Tie me customer down, sport

And knowing when to let go


Women are more loyal than men. Or at least, that is what women told the Ipsos Mori 2010 consumer customer loyalty survey.

The study found that three out of five British adults are loyalty scheme members; 67 per cent of women belonged to at least one, compared with 57 per cent of men; and about 68 per cent of women are loyal to a supermarket compared with 59 per cent of men.

This might seem frivolous, but if one way your company wants to generate repeat business is by launching a loyalty card scheme, it is worth knowing that it will work better on women than men.

beers

Men only here for the beer

Unless your business is a pub or a bar, that is, because men are more loyal to their local than women.

Either way it might be worth checking if one gender predominates in your customer database and to manage the expectations of your marketing department accordingly.

There are numerous ways that IT can support activities that generate loyalty. Most begin with know-thy-customer analysis which reveals purchasing patterns among customer groups or insight into the behaviour of certain high-value customers.

Staring at the database

With money tight, customers are likely to put off purchases for as long as possible. Relevant offers are a great way to prompt them into action or bring the sales cycle forward.

But progressive profiling means more than just staring at the customer database until you see profitable patterns. It will require action from sales teams, such as asking customers a new question each time they have reason to contact them.

One marketing tactic is to ask customers to recommend friends and reward them when their friends purchase. To do this, you need a system that can handle unique IDs and track other activities besides simple transactions.

Lots of companies send their customers generic newsletters, but few know their customers well enough to tailor these communications. How difficult is it to capture a date of birth and send a relevant offer each year as a birthday gift?

And there’s a defensive dimension to this. By analysing purchasing behaviour you can spot lapsed customers who could be resuscitated back to profit.

Early warning

Dale Vile

Dale Vile

“You have to understand the dependencies, the leading and lagging indicators,” says Dale Vile of Freeform Dynamics. “There is also an element of calculating probabilities. If an event happens this month, such as a price hike or a mishandled call, how likely is it to result in customer churn next month?”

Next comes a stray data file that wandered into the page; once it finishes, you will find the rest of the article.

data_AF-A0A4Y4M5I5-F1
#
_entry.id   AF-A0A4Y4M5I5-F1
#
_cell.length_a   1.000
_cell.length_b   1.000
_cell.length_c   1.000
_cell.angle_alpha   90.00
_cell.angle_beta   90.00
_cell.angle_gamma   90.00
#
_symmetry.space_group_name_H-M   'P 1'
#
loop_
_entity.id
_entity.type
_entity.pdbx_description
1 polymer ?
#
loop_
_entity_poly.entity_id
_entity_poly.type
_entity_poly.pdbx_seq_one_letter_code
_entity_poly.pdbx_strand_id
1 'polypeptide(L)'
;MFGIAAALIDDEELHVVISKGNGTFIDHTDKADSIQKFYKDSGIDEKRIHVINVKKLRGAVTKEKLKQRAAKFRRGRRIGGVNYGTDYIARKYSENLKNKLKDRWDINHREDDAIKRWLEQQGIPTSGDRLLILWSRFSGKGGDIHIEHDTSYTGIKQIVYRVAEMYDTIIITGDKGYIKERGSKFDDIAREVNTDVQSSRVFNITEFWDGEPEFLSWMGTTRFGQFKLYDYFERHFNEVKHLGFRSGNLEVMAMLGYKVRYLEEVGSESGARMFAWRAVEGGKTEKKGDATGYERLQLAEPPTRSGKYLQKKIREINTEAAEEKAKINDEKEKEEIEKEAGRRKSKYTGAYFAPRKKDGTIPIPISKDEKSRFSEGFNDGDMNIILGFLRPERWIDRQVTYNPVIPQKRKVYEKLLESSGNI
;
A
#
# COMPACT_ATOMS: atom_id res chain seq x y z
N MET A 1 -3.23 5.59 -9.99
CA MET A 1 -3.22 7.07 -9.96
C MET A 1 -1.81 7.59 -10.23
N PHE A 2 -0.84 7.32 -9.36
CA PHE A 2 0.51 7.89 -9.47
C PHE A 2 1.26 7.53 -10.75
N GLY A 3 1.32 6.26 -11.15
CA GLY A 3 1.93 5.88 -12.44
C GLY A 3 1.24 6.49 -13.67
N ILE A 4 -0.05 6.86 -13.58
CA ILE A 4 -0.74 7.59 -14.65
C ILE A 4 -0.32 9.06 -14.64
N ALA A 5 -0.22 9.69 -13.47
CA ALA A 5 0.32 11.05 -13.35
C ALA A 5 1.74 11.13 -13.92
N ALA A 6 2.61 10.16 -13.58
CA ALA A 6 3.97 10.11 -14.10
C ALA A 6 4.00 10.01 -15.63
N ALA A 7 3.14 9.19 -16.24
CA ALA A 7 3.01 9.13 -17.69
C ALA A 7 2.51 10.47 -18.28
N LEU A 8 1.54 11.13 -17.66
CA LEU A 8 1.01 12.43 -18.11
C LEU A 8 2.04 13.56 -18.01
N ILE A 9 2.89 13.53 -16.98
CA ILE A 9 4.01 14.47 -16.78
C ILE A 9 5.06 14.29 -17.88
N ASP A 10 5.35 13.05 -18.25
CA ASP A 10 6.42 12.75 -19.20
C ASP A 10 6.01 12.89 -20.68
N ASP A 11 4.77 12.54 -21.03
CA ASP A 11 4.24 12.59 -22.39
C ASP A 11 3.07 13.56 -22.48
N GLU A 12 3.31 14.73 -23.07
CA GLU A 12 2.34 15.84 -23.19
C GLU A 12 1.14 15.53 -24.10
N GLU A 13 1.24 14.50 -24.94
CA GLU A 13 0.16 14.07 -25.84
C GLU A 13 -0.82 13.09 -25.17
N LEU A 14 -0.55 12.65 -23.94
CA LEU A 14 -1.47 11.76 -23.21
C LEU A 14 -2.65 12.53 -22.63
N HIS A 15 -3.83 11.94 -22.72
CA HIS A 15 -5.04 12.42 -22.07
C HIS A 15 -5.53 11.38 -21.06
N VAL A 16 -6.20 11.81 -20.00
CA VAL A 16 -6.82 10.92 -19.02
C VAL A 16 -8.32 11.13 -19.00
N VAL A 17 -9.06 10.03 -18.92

Once you have established the normal patterns of purchasing for a high-value customer, you can set up an early-warning system.

“Manage by exception,” advises Sage customer relationship management (CRM) evangelist David Beard. “If a customer who usually orders every month doesn’t order for three months, trigger an alert to show this customer has dropped below a threshold.”

What happens next depends on the type of business. The alert could be on a sales dashboard: call Mr Deep Pockets for a chat. Or it could trigger an email to Deep Pockets containing an automated discount offer (although there is a risk that he may spot the pattern and exploit it).

"How difficult is it to capture a date of birth and send a relevant offer each year?"

There should also be a level of integration between customer service and sales, so that if a valued customer complains, for example, sales staff are alerted.

Bathroom equipment distributor Romaqua does this with its Sage 1000 CRM system.

“We log any feedback we receive and generate reports. Based on these we can take appropriate action,” says Frankie Powell, managing director of Romaqua.

Powell’s team can also assess whether a problem is a one-off or part of a pattern that needs to be dealt with to avoid losing the customer.

Spot the trend

Most of this can be done without sophisticated business intelligence tools, as Dale Vile points out. “Analytics and data warehousing have their place. However, most of the time people need only a few key bits of information at the decision-making point, such as a customer’s payment history or service history,” he says.

Companies tend to think of business intelligence tools as providing analysis for egg-heads, but it is actually the guys in the call centre, the sales desk or the reception desk who need the right nugget of information that they can pull up when dealing with a customer. And that requires relevant knowledge.

“You need to find out what are the key business processes or parts of business processes that touch the customer,” says Vile.

Ask yourself: what information would give front line staff that extra thing they need to delight the customer?

It doesn’t have to come from a CRM system – it could be practice management or a hotel booking system.

It is worth remembering, however, that despite your enthusiasm for supporting customer loyalty, not every customer is worth keeping.

“There are those customers that habitually switch, chasing the lowest possible price. So by spotting the trends and identifying them, you can let them go, instead of offering them a discount or spending marketing budget on them,” says Vile. ®

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